Good afternoon, Talos readers.

Now that Cisco Live is over, you can access both of Talos’ talks on-demand here if you registered for the online event.

The latest Beers with Talos episode covers how to push your career in cyber security forward when you feel like you’re stuck in a rut. Surprisingly, the hosts actually had some helpful insights to offer.

We also have our latest quarterly insights from Cisco Talos Incident Response, which recaps the most prevalent malware our responders have seen in the field so far this summer.

Cyber Security Week in Review

  • Many dark web forums have become more popular during the COVID-19 pandemic. Many notorious sites have recently posted new positions for moderators and community managers in recent weeks, specifically citing the pandemic creating more need.
  • Discord deactivated several servers dedicated to spreading pirated adult movies. A recent report found many pages where users were trading and selling pirated images and videos stolen from their original creators, along with tools for additional scraping.
  • Amazon Web Services says it fought off the largest ever recorded distributed denial-of-service attack. A newly released report says AWS’ Shield protection service discovered a 2.3 Tbps attack in mid-February this year.
  • Concerns of a global DDoS attack spread quickly this week as wireless carriers experienced service interruptions. However, it’s believed the issues came from a misconfiguration on the part of T-Mobile.
  • Many of the largest American tech companies are now pushing for a national law regulating facial recognition technology. The wave of support came after law enforcement agencies used the technology to identified pro-Black Lives Matter protestors and the topic was featured on the popular HBO show “Last Week Tonight.”
  • Activists in New York City are using a network of traffic cameras to track police violence against protestors. A group is archiving hundreds of gigabytes of data to hold police accountable as they respond to pro-Black Lives Matter marches and demonstrations.
  • Fake COVID-19-tracing apps are spreading on third-party stores for Android devices that actually spread malware. Once infected, the apps steal the user’s personal information and track their location.
  • Cisco Talos has identified a resurgence of activity by Tor2Mine, a cryptocurrency mining group that was likely last active in 2018. Tor2Mine is deploying additional malware to harvest credentials and steal more money, including AZORult, an information-stealing malware; the remote access tool Remcos; the DarkVNC backdoor trojan; and a clipboard cryptocurrency stealer.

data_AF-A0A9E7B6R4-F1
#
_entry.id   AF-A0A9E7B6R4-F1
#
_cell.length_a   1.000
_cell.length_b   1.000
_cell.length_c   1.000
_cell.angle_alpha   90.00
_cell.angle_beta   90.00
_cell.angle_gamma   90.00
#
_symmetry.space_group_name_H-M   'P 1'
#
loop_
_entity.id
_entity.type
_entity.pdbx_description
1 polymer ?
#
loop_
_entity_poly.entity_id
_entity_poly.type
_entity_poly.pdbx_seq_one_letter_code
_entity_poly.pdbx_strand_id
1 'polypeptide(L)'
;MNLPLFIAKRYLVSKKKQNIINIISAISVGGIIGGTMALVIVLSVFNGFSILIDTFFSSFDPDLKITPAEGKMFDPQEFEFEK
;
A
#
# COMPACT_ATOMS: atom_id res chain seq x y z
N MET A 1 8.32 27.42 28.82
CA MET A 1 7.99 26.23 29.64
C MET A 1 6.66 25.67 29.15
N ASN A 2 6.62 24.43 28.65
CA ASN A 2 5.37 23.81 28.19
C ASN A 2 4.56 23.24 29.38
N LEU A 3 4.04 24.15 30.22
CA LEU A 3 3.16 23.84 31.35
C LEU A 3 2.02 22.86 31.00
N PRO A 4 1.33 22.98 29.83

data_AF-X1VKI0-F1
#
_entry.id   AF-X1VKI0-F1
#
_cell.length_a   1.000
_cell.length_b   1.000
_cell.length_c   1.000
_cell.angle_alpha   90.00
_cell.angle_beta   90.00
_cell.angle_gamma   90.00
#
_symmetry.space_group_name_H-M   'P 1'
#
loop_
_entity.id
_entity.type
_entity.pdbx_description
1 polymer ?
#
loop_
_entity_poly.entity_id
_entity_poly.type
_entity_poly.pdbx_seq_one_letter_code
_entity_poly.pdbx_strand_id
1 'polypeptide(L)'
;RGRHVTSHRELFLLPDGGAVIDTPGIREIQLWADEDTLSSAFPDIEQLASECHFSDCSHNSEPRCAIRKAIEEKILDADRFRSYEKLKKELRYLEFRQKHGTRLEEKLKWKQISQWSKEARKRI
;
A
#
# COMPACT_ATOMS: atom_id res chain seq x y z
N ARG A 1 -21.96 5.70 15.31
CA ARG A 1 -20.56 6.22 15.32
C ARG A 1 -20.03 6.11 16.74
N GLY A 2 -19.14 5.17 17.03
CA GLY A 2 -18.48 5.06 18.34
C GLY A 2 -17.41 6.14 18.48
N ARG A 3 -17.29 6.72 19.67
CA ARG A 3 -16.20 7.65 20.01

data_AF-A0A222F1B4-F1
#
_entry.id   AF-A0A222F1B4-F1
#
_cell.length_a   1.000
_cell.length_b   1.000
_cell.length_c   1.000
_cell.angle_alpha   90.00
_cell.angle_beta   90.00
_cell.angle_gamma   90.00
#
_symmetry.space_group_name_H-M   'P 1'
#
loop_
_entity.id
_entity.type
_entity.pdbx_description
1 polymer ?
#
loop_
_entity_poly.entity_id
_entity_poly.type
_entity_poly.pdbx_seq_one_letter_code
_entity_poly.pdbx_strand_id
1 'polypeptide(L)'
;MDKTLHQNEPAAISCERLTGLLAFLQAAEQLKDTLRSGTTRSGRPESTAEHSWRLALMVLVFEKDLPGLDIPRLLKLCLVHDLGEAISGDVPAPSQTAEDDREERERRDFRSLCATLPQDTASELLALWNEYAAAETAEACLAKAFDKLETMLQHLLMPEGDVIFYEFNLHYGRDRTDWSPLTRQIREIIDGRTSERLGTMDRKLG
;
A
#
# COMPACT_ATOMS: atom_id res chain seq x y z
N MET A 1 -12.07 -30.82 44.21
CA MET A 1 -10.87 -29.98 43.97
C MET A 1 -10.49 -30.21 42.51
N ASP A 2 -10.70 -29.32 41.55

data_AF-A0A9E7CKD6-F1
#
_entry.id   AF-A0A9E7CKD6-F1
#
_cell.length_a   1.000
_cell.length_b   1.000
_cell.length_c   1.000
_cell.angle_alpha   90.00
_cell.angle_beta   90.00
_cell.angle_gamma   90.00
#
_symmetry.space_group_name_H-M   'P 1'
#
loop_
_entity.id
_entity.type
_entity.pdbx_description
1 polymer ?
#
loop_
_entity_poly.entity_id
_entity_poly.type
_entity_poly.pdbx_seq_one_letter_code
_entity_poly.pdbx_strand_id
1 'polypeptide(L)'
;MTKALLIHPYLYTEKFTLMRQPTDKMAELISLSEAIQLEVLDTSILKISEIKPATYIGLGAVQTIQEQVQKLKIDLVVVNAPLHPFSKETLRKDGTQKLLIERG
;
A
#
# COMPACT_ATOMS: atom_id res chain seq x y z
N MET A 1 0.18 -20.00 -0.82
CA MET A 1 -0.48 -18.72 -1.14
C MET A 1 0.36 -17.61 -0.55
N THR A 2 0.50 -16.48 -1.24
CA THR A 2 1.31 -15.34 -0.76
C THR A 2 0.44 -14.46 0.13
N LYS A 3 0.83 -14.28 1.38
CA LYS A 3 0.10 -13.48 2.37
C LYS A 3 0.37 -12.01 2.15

• Beta builds of Google Chrome hint that the web browser may change its settings so that users see less of the full URL of the site they’re visiting. Security experts believe this could make it easier for users to be tricked into visiting malicious pages.
  • Facebook says it will allow all users to opt-out of seeing political ads leading up to the November general election. The new feature is part of the social network’s broader push to stop the spread of misinformation.

Notable recent security issues

Title: Indian human rights advocates targeted by NetWire malware
Description: Attackers targeted several human rights activists in India between January and October of 2019 with the NetWire malware, attempting to intercept their communications. Researchers say the victims opened spear-phishing emails, which eventually led to the infection. NetWire can steal users’ audio recordings, steal credentials and log keystrokes. All the targets are advocating for the release of protestors who were jailed after demonstrations in 2018.
Snort SIDs: 54284, 54285

Title: Remote code execution vulnerability in Firefox’s SharedWorkerService function
Description: The Mozilla Firefox web browser contains a vulnerability in its SharedWorkerService function that could allow an attacker to gain the ability to remotely execute code on a target’s machine. This vulnerability can be triggered if the user visits a malicious web page. The attacker can design this page in a way that it would cause a race condition, eventually leading to a use-after-free vulnerability and remote code execution.
Snort SIDs: 53759, 53760

Most prevalent malware files this week

SHA 256: c3e530cc005583b47322b6649ddc0dab1b64bcf22b124a492606763c52fb048f
MD5: e2ea315d9a83e7577053f52c974f6a5a
Typical Filename: c3e530cc005583b47322b6649ddc0dab1b64bcf22b124a492606763c52fb048f.bin
Claimed Product: N/A
Detection Name: Win.Dropper.Agentwdcr::1201

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